Composer: Akiropito, Adachi and Kudou
Above: Colony from Axelay
Once upon a time, 2D shooters were the ultimate show of force for videogame consoles. Every few months a new graphically intense, hardware-pushing game would land on the SNES, Genesis and TurboGrafx-16, each one attempting to use every trick in the book to lure us into the console wars. Axelay came around about a year into the SNES' existence, and hoo boy, it ticked all the boxes: amazing visuals, titanic bosses, avaried, and a varied, robust soundtrack thatstill stands as one of the system's best.
This song is from the second stage, where you're flying through a space colony that's orbiting your home planet. It begins with anomnious hum and Inception-like horn, then brings in amoody backbeat and hauntingmelody.The song continues to escalate until around 1:15 in, where it kicks up in to a big ol' fanfare. Motivating stuff for sure.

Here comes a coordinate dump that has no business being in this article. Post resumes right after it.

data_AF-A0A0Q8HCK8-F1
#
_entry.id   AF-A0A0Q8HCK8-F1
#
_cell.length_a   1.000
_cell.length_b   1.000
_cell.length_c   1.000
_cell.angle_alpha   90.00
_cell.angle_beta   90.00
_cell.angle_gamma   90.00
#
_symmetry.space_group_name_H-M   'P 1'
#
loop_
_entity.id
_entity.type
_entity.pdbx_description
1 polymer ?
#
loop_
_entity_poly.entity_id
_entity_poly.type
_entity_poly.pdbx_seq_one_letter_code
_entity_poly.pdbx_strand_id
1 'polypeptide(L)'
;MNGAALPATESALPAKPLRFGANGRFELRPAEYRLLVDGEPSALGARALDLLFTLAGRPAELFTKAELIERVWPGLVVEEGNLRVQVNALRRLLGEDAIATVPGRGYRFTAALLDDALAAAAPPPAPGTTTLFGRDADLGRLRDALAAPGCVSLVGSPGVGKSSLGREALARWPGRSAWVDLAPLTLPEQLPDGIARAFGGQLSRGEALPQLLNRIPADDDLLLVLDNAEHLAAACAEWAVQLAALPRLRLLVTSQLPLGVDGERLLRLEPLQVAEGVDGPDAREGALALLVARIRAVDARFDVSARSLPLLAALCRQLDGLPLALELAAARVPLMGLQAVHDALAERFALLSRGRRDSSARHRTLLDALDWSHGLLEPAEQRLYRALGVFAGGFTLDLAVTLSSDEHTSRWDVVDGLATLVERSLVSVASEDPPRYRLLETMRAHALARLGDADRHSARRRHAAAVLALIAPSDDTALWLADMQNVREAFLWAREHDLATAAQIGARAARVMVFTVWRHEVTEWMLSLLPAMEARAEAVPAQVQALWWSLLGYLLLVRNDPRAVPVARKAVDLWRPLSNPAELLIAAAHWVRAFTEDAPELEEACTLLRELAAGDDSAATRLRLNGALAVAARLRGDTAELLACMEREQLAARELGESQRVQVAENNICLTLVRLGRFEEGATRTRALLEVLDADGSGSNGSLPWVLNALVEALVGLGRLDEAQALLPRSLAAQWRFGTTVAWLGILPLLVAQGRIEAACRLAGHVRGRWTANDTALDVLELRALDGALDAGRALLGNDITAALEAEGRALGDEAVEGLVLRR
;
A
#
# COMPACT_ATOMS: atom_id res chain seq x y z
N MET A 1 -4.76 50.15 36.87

Above: Also consider the game's opening cutscene, which puts a rather personal spin on the "one ship versus a million" game. This guy lost his whole family!
Above: Mother is a totally bizarre song - the opening sounds like it's going to lead into a '40s brass number, then it goes all '90s funk on us
Above: A fantastically shredding version of the Axelay theme from OverClocked ReMix
There was no shortage of shooters in the early '90s. Gradius, R-Type, Gaiares, Raiden, Darius, Viewpoint, Blazing Lazers... the list goes on. Yet among all those, Axelay stood out as one of my all-time favorites, partly due to its music. I also loved the slight personal touch in the opening, where the pilot is looking at the picture of his lost family - finally, an actual reason for someone to go on a suicide mission against an alien fleet! Aside from that, the weapon variation and weirdo Mode-7-soaked level design made it stand out in such a crowded field. Axelay was released on the Virtual Console on November 12, 2007 (same day as Mario Galaxy, btw), so if you're at all curious, by all means follow-up. Or just watch YouTube videos, if that's your preferred method of digesting olde timey games.
Final level music by Yoshihiro Sakaguchi
Gate Area/Jungle by Jonathan Dunn
Sneakman by Hideki Naganuma